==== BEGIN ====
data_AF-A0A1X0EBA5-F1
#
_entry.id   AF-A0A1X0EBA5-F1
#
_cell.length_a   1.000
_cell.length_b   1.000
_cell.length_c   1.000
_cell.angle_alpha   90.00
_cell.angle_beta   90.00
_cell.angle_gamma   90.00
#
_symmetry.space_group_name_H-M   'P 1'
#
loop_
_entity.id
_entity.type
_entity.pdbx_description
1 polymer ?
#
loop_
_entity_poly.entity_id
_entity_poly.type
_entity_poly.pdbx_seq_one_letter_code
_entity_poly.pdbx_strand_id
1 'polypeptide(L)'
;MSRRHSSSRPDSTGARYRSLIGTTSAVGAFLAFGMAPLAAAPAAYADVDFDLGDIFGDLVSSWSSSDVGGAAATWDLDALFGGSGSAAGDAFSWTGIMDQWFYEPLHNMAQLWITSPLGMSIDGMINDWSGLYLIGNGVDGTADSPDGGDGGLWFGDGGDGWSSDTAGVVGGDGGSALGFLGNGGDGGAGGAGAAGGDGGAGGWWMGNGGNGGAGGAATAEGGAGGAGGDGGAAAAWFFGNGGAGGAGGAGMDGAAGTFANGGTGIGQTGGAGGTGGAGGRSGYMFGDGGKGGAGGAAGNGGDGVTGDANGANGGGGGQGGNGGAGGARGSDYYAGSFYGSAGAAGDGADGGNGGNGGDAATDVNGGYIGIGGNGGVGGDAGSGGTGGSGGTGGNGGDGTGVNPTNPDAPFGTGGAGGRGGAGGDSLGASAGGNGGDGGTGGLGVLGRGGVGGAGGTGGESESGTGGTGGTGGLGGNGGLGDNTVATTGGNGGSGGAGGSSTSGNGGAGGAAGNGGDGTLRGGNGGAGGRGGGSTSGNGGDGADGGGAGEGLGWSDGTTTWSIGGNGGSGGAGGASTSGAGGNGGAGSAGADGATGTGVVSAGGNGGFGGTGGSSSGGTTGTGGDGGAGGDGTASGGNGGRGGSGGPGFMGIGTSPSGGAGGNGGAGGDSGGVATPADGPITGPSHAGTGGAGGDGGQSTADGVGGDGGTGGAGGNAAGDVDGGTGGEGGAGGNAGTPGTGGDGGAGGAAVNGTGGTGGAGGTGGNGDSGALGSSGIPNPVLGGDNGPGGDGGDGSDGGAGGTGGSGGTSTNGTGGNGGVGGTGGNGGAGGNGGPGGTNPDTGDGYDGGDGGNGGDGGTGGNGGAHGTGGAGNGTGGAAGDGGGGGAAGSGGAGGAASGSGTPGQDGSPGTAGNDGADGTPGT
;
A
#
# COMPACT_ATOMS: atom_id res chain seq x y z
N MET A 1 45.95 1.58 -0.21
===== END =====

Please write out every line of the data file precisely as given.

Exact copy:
data_AF-A0A1X0EBA5-F1
#
_entry.id   AF-A0A1X0EBA5-F1
#
_cell.length_a   1.000
_cell.length_b   1.000
_cell.length_c   1.000
_cell.angle_alpha   90.00
_cell.angle_beta   90.00
_cell.angle_gamma   90.00
#
_symmetry.space_group_name_H-M   'P 1'
#
loop_
_entity.id
_entity.type
_entity.pdbx_description
1 polymer ?
#
loop_
_entity_poly.entity_id
_entity_poly.type
_entity_poly.pdbx_seq_one_letter_code
_entity_poly.pdbx_strand_id
1 'polypeptide(L)'
;MSRRHSSSRPDSTGARYRSLIGTTSAVGAFLAFGMAPLAAAPAAYADVDFDLGDIFGDLVSSWSSSDVGGAAATWDLDALFGGSGSAAGDAFSWTGIMDQWFYEPLHNMAQLWITSPLGMSIDGMINDWSGLYLIGNGVDGTADSPDGGDGGLWFGDGGDGWSSDTAGVVGGDGGSALGFLGNGGDGGAGGAGAAGGDGGAGGWWMGNGGNGGAGGAATAEGGAGGAGGDGGAAAAWFFGNGGAGGAGGAGMDGAAGTFANGGTGIGQTGGAGGTGGAGGRSGYMFGDGGKGGAGGAAGNGGDGVTGDANGANGGGGGQGGNGGAGGARGSDYYAGSFYGSAGAAGDGADGGNGGNGGDAATDVNGGYIGIGGNGGVGGDAGSGGTGGSGGTGGNGGDGTGVNPTNPDAPFGTGGAGGRGGAGGDSLGASAGGNGGDGGTGGLGVLGRGGVGGAGGTGGESESGTGGTGGTGGLGGNGGLGDNTVATTGGNGGSGGAGGSSTSGNGGAGGAAGNGGDGTLRGGNGGAGGRGGGSTSGNGGDGADGGGAGEGLGWSDGTTTWSIGGNGGSGGAGGASTSGAGGNGGAGSAGADGATGTGVVSAGGNGGFGGTGGSSSGGTTGTGGDGGAGGDGTASGGNGGRGGSGGPGFMGIGTSPSGGAGGNGGAGGDSGGVATPADGPITGPSHAGTGGAGGDGGQSTADGVGGDGGTGGAGGNAAGDVDGGTGGEGGAGGNAGTPGTGGDGGAGGAAVNGTGGTGGAGGTGGNGDSGALGSSGIPNPVLGGDNGPGGDGGDGSDGGAGGTGGSGGTSTNGTGGNGGVGGTGGNGGAGGNGGPGGTNPDTGDGYDGGDGGNGGDGGTGGNGGAHGTGGAGNGTGGAAGDGGGGGAAGSGGAGGAASGSGTPGQDGSPGTAGNDGADGTPGT
;
A
#
# COMPACT_ATOMS: atom_id res chain seq x y z
N MET A 1 45.95 1.58 -0.21